Behind the scenes at the museum bank
When Blythe House was completed in 1903 it was considered a cutting-edge building.
It was electrified throughout with its own generators powering 11,000 lamps, printing machinery and both passenger and goods lifts. Less futuristic maybe, were the designated entrances for male and female staff who worked in separate wings to avoid any intimate or inappropriate encounters.
That's when it was the Post Office Saving Bank HQ. It's still a bank today - of sorts. Except the deposits its now safeguarding are not pounds and pence but ancient jewels and couture dresses.
The building is packed with treasures belonging to some of our major museums, which they don't currently require for display. Think of it as a massive subs bench for curators to call upon.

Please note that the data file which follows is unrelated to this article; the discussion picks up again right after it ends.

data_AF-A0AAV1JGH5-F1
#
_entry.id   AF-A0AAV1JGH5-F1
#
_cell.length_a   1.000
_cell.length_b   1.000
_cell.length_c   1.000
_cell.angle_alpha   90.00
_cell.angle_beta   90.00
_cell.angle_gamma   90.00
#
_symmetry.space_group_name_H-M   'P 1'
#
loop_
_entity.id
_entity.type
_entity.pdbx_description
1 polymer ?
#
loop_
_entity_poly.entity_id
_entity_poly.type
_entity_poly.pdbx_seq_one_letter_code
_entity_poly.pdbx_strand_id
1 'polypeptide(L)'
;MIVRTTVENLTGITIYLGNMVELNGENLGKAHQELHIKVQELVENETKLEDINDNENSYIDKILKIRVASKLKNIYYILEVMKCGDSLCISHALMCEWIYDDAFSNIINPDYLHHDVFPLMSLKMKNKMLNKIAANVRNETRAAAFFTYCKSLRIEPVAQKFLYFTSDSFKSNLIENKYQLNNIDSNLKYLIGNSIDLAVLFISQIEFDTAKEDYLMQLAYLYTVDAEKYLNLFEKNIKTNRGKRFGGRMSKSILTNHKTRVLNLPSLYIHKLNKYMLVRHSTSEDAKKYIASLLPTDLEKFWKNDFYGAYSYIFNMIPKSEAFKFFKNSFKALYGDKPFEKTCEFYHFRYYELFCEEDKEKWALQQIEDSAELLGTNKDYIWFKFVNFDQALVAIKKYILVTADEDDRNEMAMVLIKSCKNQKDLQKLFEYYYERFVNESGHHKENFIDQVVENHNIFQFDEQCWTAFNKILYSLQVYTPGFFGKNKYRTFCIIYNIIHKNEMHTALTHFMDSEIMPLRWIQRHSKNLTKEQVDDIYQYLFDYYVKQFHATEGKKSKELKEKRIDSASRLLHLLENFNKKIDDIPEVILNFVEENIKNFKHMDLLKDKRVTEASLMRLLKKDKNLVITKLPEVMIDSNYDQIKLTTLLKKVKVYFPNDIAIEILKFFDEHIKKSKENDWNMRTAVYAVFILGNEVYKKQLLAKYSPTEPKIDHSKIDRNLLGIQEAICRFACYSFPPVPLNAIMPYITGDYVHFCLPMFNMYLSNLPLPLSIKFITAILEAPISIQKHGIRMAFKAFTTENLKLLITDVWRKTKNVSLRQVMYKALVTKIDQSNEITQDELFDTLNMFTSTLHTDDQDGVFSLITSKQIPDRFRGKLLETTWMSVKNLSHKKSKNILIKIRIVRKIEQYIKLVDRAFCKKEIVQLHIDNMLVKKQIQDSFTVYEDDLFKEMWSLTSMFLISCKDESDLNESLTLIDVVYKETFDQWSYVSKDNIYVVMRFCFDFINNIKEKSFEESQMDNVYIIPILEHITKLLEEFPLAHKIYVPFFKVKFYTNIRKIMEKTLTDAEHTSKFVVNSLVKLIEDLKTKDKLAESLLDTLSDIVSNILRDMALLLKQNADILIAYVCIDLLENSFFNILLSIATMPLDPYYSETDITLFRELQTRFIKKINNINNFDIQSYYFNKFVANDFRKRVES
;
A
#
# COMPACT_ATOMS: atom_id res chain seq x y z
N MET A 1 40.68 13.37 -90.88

The Victoria & Albert Museum has a million items in the store, as does the British Museum - from Medieval Ethiopian wall hangings to 4000-year-old English pots.
The Science Museum's wing of Blythe House is brimming with telescopes, iron lungs and racks full of microscopes and barometers. All of which will have to find another home.
The government has decided to sell the building, which sits on five-and-a-half acres of prime real estate.
It is giving the three national museums £150m and seven years to move out and find a new home for their collections - preferably, it hopes, one that not only preserves this enormous body of human creativity, but also makes it more accessible to the public.